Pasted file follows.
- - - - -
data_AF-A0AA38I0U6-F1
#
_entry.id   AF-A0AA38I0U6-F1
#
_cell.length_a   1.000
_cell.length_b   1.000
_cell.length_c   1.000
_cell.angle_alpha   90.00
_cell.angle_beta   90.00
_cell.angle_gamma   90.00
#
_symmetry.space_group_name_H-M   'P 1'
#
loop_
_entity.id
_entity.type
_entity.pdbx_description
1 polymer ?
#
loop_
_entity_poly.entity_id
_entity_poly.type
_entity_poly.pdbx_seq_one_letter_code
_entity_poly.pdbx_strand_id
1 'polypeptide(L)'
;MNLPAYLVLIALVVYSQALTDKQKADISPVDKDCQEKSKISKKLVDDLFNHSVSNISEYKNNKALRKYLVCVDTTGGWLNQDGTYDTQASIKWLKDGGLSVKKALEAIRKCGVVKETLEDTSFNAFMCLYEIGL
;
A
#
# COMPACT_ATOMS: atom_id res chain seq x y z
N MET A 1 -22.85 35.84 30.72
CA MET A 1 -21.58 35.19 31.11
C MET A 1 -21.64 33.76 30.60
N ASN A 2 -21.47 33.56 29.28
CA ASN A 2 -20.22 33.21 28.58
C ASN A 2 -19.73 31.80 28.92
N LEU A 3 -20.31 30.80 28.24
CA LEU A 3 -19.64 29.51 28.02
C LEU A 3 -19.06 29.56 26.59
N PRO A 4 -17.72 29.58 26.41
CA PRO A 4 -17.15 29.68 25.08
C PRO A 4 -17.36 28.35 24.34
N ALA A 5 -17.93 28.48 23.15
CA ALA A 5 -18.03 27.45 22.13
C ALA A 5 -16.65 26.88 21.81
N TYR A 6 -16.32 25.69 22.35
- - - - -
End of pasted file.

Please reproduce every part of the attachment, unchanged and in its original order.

data_AF-A0AA38I0U6-F1
#
_entry.id   AF-A0AA38I0U6-F1
#
_cell.length_a   1.000
_cell.length_b   1.000
_cell.length_c   1.000
_cell.angle_alpha   90.00
_cell.angle_beta   90.00
_cell.angle_gamma   90.00
#
_symmetry.space_group_name_H-M   'P 1'
#
loop_
_entity.id
_entity.type
_entity.pdbx_description
1 polymer ?
#
loop_
_entity_poly.entity_id
_entity_poly.type
_entity_poly.pdbx_seq_one_letter_code
_entity_poly.pdbx_strand_id
1 'polypeptide(L)'
;MNLPAYLVLIALVVYSQALTDKQKADISPVDKDCQEKSKISKKLVDDLFNHSVSNISEYKNNKALRKYLVCVDTTGGWLNQDGTYDTQASIKWLKDGGLSVKKALEAIRKCGVVKETLEDTSFNAFMCLYEIGL
;
A
#
# COMPACT_ATOMS: atom_id res chain seq x y z
N MET A 1 -22.85 35.84 30.72
CA MET A 1 -21.58 35.19 31.11
C MET A 1 -21.64 33.76 30.60
N ASN A 2 -21.47 33.56 29.28
CA ASN A 2 -20.22 33.21 28.58
C ASN A 2 -19.73 31.80 28.92
N LEU A 3 -20.31 30.80 28.24
CA LEU A 3 -19.64 29.51 28.02
C LEU A 3 -19.06 29.56 26.59
N PRO A 4 -17.72 29.58 26.41
CA PRO A 4 -17.15 29.68 25.08
C PRO A 4 -17.36 28.35 24.34
N ALA A 5 -17.93 28.48 23.15
CA ALA A 5 -18.03 27.45 22.13
C ALA A 5 -16.65 26.88 21.81
N TYR A 6 -16.32 25.69 22.35